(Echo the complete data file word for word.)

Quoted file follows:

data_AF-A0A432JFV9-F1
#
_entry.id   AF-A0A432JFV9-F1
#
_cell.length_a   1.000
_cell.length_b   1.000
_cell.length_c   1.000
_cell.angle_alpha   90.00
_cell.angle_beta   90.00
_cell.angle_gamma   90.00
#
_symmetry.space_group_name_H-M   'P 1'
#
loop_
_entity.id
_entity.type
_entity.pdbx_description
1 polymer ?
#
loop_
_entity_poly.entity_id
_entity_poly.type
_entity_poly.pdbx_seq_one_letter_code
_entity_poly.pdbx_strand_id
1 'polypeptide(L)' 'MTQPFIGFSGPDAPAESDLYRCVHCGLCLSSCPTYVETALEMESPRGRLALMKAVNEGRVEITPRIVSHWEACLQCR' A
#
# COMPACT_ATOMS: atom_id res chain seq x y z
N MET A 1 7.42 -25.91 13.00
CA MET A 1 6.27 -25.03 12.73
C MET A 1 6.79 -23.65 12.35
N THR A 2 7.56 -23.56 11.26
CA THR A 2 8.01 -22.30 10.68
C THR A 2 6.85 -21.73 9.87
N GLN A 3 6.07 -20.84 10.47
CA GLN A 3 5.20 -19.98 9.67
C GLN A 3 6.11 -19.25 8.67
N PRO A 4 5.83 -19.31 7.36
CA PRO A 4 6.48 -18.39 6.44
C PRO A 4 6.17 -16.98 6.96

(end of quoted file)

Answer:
data_AF-A0A432JFV9-F1
#
_entry.id   AF-A0A432JFV9-F1
#
_cell.length_a   1.000
_cell.length_b   1.000
_cell.length_c   1.000
_cell.angle_alpha   90.00
_cell.angle_beta   90.00
_cell.angle_gamma   90.00
#
_symmetry.space_group_name_H-M   'P 1'
#
loop_
_entity.id
_entity.type
_entity.pdbx_description
1 polymer ?
#
loop_
_entity_poly.entity_id
_entity_poly.type
_entity_poly.pdbx_seq_one_letter_code
_entity_poly.pdbx_strand_id
1 'polypeptide(L)' 'MTQPFIGFSGPDAPAESDLYRCVHCGLCLSSCPTYVETALEMESPRGRLALMKAVNEGRVEITPRIVSHWEACLQCR' A
#
# COMPACT_ATOMS: atom_id res chain seq x y z
N MET A 1 7.42 -25.91 13.00
CA MET A 1 6.27 -25.03 12.73
C MET A 1 6.79 -23.65 12.35
N THR A 2 7.56 -23.56 11.26
CA THR A 2 8.01 -22.30 10.68
C THR A 2 6.85 -21.73 9.87
N GLN A 3 6.07 -20.84 10.47
CA GLN A 3 5.20 -19.98 9.67
C GLN A 3 6.11 -19.25 8.67
N PRO A 4 5.83 -19.31 7.36
CA PRO A 4 6.48 -18.39 6.44
C PRO A 4 6.17 -16.98 6.96